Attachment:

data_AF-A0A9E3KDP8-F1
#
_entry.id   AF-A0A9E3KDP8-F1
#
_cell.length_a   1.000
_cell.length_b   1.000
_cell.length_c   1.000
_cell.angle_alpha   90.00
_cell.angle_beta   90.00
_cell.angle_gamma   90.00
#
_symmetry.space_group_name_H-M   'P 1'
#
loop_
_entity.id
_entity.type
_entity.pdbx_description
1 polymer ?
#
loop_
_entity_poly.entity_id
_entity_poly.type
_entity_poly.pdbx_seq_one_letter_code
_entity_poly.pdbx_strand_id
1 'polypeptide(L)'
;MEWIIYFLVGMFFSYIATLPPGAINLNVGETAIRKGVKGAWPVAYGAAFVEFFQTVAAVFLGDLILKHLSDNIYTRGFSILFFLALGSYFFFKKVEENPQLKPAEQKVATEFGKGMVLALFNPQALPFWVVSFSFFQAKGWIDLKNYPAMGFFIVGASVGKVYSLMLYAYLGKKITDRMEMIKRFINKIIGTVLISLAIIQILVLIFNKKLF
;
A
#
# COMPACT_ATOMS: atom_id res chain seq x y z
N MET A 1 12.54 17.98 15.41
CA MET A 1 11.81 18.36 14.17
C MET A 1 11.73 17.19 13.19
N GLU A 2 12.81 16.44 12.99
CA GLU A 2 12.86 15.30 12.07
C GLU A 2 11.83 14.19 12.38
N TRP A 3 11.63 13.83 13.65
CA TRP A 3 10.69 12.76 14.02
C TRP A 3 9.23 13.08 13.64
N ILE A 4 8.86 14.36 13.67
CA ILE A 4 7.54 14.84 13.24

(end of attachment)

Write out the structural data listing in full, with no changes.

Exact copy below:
data_AF-A0A9E3KDP8-F1
#
_entry.id   AF-A0A9E3KDP8-F1
#
_cell.length_a   1.000
_cell.length_b   1.000
_cell.length_c   1.000
_cell.angle_alpha   90.00
_cell.angle_beta   90.00
_cell.angle_gamma   90.00
#
_symmetry.space_group_name_H-M   'P 1'
#
loop_
_entity.id
_entity.type
_entity.pdbx_description
1 polymer ?
#
loop_
_entity_poly.entity_id
_entity_poly.type
_entity_poly.pdbx_seq_one_letter_code
_entity_poly.pdbx_strand_id
1 'polypeptide(L)'
;MEWIIYFLVGMFFSYIATLPPGAINLNVGETAIRKGVKGAWPVAYGAAFVEFFQTVAAVFLGDLILKHLSDNIYTRGFSILFFLALGSYFFFKKVEENPQLKPAEQKVATEFGKGMVLALFNPQALPFWVVSFSFFQAKGWIDLKNYPAMGFFIVGASVGKVYSLMLYAYLGKKITDRMEMIKRFINKIIGTVLISLAIIQILVLIFNKKLF
;
A
#
# COMPACT_ATOMS: atom_id res chain seq x y z
N MET A 1 12.54 17.98 15.41
CA MET A 1 11.81 18.36 14.17
C MET A 1 11.73 17.19 13.19
N GLU A 2 12.81 16.44 12.99
CA GLU A 2 12.86 15.30 12.07
C GLU A 2 11.83 14.19 12.38
N TRP A 3 11.63 13.83 13.65
CA TRP A 3 10.69 12.76 14.02
C TRP A 3 9.23 13.08 13.64
N ILE A 4 8.86 14.36 13.67
CA ILE A 4 7.54 14.84 13.24